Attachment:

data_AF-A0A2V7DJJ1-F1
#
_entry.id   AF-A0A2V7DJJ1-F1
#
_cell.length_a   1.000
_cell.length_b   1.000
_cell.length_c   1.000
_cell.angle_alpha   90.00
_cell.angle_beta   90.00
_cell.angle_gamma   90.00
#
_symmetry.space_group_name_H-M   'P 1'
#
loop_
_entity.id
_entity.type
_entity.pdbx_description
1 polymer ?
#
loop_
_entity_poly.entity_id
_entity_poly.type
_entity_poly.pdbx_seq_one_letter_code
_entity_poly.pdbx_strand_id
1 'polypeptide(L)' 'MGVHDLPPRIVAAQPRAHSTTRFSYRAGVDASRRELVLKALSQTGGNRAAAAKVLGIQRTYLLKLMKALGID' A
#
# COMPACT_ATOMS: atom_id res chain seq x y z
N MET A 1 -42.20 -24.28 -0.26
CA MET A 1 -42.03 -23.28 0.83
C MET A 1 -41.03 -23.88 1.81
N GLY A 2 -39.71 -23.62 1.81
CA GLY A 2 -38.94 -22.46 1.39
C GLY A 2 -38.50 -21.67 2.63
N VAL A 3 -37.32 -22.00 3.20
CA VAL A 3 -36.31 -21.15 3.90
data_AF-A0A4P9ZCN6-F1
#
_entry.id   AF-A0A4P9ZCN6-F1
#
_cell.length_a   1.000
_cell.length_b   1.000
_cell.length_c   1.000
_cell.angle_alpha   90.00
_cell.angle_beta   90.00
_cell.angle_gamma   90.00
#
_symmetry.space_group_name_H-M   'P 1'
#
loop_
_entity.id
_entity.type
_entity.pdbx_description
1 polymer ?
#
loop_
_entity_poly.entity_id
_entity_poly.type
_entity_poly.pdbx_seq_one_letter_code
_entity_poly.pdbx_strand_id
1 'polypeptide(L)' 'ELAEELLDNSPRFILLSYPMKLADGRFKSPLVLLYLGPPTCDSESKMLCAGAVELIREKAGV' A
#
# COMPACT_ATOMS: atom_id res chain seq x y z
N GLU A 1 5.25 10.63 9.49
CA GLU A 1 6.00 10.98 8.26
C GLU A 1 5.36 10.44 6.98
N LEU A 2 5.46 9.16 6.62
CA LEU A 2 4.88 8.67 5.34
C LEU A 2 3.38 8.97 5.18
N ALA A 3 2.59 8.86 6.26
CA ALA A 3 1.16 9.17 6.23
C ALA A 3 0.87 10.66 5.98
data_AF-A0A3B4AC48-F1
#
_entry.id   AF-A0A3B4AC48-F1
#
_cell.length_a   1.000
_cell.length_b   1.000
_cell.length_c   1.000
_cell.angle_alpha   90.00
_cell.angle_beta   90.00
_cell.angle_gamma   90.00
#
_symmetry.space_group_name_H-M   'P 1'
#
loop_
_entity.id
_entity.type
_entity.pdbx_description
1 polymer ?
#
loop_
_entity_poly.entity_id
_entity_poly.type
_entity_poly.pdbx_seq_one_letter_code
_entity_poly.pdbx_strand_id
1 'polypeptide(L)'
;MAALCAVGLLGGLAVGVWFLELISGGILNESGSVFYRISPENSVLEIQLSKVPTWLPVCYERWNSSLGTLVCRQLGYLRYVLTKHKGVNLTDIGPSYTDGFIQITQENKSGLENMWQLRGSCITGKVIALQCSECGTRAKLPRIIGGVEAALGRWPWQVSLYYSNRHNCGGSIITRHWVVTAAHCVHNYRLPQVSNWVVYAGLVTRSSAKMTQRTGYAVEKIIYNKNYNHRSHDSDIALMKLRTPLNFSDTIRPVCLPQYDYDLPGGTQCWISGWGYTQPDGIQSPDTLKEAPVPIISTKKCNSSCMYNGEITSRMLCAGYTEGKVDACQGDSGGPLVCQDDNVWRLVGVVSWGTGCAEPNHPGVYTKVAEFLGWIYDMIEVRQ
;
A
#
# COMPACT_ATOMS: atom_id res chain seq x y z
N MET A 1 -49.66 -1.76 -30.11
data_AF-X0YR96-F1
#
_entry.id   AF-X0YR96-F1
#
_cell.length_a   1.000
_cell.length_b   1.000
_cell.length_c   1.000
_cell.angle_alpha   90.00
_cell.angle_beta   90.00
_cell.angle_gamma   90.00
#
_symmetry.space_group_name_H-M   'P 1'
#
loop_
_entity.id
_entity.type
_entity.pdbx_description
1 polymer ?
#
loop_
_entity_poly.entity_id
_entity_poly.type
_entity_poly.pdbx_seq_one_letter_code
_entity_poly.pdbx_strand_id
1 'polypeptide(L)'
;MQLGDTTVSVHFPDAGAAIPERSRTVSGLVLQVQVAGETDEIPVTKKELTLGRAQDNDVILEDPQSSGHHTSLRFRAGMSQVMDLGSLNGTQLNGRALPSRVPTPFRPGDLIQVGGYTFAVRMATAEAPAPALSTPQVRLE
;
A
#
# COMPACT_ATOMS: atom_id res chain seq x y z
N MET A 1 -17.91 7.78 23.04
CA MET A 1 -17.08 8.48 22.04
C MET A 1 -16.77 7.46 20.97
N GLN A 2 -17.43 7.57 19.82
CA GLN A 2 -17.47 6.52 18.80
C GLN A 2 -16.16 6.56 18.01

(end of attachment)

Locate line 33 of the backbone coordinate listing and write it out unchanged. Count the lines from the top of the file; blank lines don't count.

C GLY A 2 -38.50 -21.67 2.63